At the Scorpio Book Club.

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Last night I had the rare pleasure of finding myself surrounded by eager readers who love to talk about books and their lives; over twenty book club members at the legendary Scorpio Book Shop in its new post-quake Riccarton home. Gill and Jo welcomed me, along with the shop dogs and many smiling faces. It was a wonderful way to share in the unfolding story of The Lost Pilot, a book I have written about my relationship to my father, his war in the Royal Navy 1939-45, and his encounter with young Japanese kamikaze pilots in the latter months of that conflict.

The picture above – showing how close he came that April day to death – spurred me to write the book and go to Japan in April 2011 in search of the families of the Japanese aircrew who died that day. This was our subject for the gathering last night – how history is alive in us all, whether we know it or not – and a great time of sharing and ensued.

I can’t of course name those who were there and exactly what was shared, as I don’t have permission to reveal their thoughts online. Let’s just say, we entered again into the recesses of the human heart and told each other a little more about how our parents, especially, had affected our lives and our view of the world.

It was an emotional journey for me to undertake the writing of The Lost Pilot and it was a privilege to hear how many in the group had been affected, not just by my story, but that of the tragic waste of lives involved in the drafting of so many young men to defend Japan in a doomed tactic, now known to the world as “kamikaze” – taken to mean, suicide bombers.

These young men (aged 17-25) were in most cases not volunteers – and not suicidal at all. They were human sacrifices in a lost cause. As we stand on the brink of another disastrous escalation of the brutal war in Syria, with innocent civilians, children, babies, mothers, old men and women – along with the young male fighters – now subject to terrifying chemical weapon attacks, what have we learned?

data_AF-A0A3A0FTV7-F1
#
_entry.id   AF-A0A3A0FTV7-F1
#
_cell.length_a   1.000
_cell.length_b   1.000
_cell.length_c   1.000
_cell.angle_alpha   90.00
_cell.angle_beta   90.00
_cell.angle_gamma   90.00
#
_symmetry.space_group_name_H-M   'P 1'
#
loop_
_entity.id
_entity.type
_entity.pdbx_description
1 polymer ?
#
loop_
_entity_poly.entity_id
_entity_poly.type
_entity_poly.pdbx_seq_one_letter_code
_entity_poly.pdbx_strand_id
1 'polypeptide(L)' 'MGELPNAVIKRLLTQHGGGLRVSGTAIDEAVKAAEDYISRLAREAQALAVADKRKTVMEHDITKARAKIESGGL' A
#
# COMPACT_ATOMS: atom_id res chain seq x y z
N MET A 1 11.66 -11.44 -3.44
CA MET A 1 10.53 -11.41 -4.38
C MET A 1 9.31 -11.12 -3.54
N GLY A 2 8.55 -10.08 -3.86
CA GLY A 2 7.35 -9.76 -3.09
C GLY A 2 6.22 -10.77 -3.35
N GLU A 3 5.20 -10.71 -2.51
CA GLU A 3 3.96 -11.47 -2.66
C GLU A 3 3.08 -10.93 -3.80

We asked ourselves that question last night, and there was no easy answer. Yet this very week, I had a letter from one the families I visited in Japan, thanking me for coming, speaking of their gratitude and their wonder that “like a dream”, this foreigner came from New Zealand to seek them out, to join them in their mourning for a lost brother and uncle.

There were even letters from local school children, when their teacher had been shown a copy of my book by the granddaughter, and had used it in one of her Peace Studies classes. Here are children protected, here are families reaching out – we can all do that, starting next door, here in our street. World peace: what is it? Maybe it begins with trying to understand the neighbour and the stranger.

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So thank you Scorpio and all the wonderful people I met last night. It was a privilege to hear some responses to what I was attempting to say in the book. Writers have to work alone in the dark, but once the book is out in the light, we want to know how it is being received – and I don’t mean reviewers only. The personal responses, the letters and emails that come, if a book makes a mark on a reader, are deeply satisfying – even the ones that tell you they don’t like something.

I write to share stories and one of the powers and the purpose of storytelling is to provoke a story in return, in you.

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About paparoa

Writer and researcher.
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